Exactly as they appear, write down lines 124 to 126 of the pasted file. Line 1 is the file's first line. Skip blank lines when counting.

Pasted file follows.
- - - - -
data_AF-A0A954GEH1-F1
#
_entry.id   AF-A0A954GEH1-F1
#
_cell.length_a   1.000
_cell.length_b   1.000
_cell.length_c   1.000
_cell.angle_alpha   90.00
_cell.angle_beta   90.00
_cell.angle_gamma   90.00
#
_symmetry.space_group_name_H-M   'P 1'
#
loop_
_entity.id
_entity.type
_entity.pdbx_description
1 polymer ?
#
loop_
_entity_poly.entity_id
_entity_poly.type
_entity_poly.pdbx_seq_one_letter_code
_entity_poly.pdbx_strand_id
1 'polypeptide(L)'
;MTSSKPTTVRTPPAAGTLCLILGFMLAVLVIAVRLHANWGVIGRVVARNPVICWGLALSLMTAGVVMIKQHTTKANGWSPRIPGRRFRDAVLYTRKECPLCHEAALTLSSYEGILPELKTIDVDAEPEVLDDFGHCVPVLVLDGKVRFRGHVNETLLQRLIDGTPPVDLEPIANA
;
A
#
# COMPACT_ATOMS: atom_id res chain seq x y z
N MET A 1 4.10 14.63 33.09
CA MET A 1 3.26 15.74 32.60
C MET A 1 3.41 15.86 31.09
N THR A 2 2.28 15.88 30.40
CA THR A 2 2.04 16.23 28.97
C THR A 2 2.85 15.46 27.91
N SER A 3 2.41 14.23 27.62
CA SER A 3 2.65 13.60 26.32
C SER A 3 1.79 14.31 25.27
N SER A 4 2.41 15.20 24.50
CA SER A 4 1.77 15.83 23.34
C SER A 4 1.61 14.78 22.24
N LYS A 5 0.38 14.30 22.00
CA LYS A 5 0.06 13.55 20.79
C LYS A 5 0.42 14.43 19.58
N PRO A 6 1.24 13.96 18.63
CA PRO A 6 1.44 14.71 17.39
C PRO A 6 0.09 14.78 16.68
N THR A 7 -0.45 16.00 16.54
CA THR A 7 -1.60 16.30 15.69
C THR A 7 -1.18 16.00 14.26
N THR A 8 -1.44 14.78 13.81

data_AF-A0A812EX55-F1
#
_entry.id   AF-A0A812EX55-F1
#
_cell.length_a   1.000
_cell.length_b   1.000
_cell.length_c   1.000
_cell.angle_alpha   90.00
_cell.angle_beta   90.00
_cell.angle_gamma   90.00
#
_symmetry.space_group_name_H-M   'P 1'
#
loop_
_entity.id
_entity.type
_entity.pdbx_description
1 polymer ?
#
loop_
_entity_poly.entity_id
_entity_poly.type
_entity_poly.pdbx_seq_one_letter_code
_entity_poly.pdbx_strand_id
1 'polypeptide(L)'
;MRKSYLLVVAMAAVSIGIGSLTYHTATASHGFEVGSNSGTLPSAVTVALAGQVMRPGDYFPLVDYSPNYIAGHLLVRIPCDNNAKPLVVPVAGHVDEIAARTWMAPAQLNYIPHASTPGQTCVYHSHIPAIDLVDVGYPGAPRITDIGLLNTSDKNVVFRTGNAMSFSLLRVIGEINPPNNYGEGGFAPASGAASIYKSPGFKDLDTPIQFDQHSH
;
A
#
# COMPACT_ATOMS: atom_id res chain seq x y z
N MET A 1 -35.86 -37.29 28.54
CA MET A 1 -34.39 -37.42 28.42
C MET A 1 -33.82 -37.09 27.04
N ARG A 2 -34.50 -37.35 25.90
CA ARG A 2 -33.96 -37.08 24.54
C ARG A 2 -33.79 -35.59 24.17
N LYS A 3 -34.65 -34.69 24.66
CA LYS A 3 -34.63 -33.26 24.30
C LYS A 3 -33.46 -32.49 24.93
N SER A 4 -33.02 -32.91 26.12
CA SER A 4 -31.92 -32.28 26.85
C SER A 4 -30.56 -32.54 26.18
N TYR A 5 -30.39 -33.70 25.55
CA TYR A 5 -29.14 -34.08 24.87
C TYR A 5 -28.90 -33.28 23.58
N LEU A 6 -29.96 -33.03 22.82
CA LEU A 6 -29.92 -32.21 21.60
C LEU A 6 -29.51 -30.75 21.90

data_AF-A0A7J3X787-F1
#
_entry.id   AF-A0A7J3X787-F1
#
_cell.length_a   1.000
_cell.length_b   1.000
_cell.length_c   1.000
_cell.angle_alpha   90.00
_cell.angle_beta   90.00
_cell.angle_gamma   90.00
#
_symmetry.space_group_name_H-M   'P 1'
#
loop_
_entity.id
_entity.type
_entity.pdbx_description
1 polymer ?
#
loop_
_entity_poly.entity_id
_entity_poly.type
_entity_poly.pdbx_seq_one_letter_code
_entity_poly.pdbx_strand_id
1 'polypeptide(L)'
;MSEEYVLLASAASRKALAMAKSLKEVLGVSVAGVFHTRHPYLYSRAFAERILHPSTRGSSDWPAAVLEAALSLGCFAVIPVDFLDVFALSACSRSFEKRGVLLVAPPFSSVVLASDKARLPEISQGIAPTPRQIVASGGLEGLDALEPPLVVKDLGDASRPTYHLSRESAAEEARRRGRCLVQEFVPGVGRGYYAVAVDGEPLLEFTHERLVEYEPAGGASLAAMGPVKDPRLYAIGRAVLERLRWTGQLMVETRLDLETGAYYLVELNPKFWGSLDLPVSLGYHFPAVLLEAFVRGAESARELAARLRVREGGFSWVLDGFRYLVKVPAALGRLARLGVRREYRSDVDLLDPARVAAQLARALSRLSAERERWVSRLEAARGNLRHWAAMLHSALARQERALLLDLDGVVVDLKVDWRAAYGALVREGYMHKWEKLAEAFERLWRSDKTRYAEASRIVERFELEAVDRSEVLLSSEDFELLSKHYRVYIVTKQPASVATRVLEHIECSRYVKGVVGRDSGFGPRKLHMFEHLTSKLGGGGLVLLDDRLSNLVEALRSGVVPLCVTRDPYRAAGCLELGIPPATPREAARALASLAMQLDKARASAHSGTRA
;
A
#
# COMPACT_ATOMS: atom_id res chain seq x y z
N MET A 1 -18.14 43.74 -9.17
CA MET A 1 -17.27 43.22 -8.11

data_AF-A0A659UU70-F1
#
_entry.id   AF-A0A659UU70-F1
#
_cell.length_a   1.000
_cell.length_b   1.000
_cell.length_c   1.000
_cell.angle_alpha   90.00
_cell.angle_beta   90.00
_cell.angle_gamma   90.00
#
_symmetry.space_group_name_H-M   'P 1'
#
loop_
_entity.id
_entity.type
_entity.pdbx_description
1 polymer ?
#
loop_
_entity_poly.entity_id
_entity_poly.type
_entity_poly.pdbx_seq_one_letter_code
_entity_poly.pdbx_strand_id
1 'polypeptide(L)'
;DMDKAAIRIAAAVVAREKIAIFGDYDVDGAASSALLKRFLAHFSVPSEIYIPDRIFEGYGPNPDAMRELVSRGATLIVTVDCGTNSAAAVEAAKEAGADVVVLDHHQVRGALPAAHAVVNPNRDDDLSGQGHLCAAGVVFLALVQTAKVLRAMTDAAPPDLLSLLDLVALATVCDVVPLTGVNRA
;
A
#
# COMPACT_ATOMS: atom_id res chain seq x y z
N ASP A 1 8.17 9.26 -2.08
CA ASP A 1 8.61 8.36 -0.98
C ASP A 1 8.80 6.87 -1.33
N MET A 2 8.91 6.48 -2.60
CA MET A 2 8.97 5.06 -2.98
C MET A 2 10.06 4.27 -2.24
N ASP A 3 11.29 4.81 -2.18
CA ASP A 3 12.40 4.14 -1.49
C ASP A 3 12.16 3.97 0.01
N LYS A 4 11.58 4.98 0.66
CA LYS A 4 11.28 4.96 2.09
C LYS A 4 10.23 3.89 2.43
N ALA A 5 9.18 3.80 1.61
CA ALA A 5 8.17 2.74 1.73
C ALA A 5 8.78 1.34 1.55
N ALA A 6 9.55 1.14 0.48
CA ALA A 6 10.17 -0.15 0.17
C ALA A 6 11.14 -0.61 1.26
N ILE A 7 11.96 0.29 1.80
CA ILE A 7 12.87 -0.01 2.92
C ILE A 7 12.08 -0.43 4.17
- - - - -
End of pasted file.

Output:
_entity_poly.pdbx_strand_id
1 'polypeptide(L)'
;MSEEYVLLASAASRKALAMAKSLKEVLGVSVAGVFHTRHPYLYSRAFAERILHPSTRGSSDWPAAVLEAALSLGCFAVIPVDFLDVFALSACSRSFEKRGVLLVAPPFSSVVLASDKARLPEISQGIAPTPRQIVASGGLEGLDALEPPLVVKDLGDASRPTYHLSRESAAEEARRRGRCLVQEFVPGVGRGYYAVAVDGEPLLEFTHERLVEYEPAGGASLAAMGPVKDPRLYAIGRAVLERLRWTGQLMVETRLDLETGAYYLVELNPKFWGSLDLPVSLGYHFPAVLLEAFVRGAESARELAARLRVREGGFSWVLDGFRYLVKVPAALGRLARLGVRREYRSDVDLLDPARVAAQLARALSRLSAERERWVSRLEAARGNLRHWAAMLHSALARQERALLLDLDGVVVDLKVDWRAAYGALVREGYMHKWEKLAEAFERLWRSDKTRYAEASRIVERFELEAVDRSEVLLSSEDFELLSKHYRVYIVTKQPASVATRVLEHIECSRYVKGVVGRDSGFGPRKLHMFEHLTSKLGGGGLVLLDDRLSNLVEALRSGVVPLCVTRDPYRAAGCLELGIPPATPREAARALASLAMQLDKARASAHSGTRA